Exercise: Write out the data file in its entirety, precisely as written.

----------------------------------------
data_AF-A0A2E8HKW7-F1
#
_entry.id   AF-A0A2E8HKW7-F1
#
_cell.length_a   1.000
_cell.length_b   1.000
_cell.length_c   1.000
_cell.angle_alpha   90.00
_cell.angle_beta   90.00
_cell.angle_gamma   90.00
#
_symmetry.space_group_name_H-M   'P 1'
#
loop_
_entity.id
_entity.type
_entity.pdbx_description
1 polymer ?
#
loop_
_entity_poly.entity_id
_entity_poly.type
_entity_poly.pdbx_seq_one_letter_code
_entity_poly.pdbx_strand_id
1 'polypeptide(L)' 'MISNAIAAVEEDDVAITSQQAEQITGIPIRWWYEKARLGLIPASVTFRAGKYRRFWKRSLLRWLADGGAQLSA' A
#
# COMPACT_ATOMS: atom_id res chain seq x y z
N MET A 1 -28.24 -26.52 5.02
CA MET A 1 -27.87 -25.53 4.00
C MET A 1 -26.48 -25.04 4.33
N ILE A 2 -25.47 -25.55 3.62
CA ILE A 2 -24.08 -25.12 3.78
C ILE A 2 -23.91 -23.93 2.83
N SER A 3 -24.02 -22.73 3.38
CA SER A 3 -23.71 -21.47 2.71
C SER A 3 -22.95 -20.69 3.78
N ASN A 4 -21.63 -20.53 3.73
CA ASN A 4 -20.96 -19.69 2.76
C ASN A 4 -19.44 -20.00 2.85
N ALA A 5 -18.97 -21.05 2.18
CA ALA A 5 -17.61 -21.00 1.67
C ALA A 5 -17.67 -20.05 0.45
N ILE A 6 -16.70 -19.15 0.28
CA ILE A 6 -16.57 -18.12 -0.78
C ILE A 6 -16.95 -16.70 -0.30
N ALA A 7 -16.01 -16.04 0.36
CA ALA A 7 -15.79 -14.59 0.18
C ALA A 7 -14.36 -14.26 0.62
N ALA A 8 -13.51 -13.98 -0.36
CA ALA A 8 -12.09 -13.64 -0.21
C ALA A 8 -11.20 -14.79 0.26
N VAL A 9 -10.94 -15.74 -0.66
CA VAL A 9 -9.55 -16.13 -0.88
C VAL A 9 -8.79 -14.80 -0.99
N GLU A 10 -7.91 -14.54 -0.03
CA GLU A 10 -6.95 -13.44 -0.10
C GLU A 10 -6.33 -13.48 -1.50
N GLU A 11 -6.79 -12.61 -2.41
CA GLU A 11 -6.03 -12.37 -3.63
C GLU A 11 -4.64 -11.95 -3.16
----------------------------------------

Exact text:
data_AF-A0A2E8HKW7-F1
#
_entry.id   AF-A0A2E8HKW7-F1
#
_cell.length_a   1.000
_cell.length_b   1.000
_cell.length_c   1.000
_cell.angle_alpha   90.00
_cell.angle_beta   90.00
_cell.angle_gamma   90.00
#
_symmetry.space_group_name_H-M   'P 1'
#
loop_
_entity.id
_entity.type
_entity.pdbx_description
1 polymer ?
#
loop_
_entity_poly.entity_id
_entity_poly.type
_entity_poly.pdbx_seq_one_letter_code
_entity_poly.pdbx_strand_id
1 'polypeptide(L)' 'MISNAIAAVEEDDVAITSQQAEQITGIPIRWWYEKARLGLIPASVTFRAGKYRRFWKRSLLRWLADGGAQLSA' A
#
# COMPACT_ATOMS: atom_id res chain seq x y z
N MET A 1 -28.24 -26.52 5.02
CA MET A 1 -27.87 -25.53 4.00
C MET A 1 -26.48 -25.04 4.33
N ILE A 2 -25.47 -25.55 3.62
CA ILE A 2 -24.08 -25.12 3.78
C ILE A 2 -23.91 -23.93 2.83
N SER A 3 -24.02 -22.73 3.38
CA SER A 3 -23.71 -21.47 2.71
C SER A 3 -22.95 -20.69 3.78
N ASN A 4 -21.63 -20.53 3.73
CA ASN A 4 -20.96 -19.69 2.76
C ASN A 4 -19.44 -20.00 2.85
N ALA A 5 -18.97 -21.05 2.18
CA ALA A 5 -17.61 -21.00 1.67
C ALA A 5 -17.67 -20.05 0.45
N ILE A 6 -16.70 -19.15 0.28
CA ILE A 6 -16.57 -18.12 -0.78
C ILE A 6 -16.95 -16.70 -0.30
N ALA A 7 -16.01 -16.04 0.36
CA ALA A 7 -15.79 -14.59 0.18
C ALA A 7 -14.36 -14.26 0.62
N ALA A 8 -13.51 -13.98 -0.36
CA ALA A 8 -12.09 -13.64 -0.21
C ALA A 8 -11.20 -14.79 0.26
N VAL A 9 -10.94 -15.74 -0.66
CA VAL A 9 -9.55 -16.13 -0.88
C VAL A 9 -8.79 -14.80 -0.99
N GLU A 10 -7.91 -14.54 -0.03
CA GLU A 10 -6.95 -13.44 -0.10
C GLU A 10 -6.33 -13.48 -1.50
N GLU A 11 -6.79 -12.61 -2.41
CA GLU A 11 -6.03 -12.37 -3.63
C GLU A 11 -4.64 -11.95 -3.16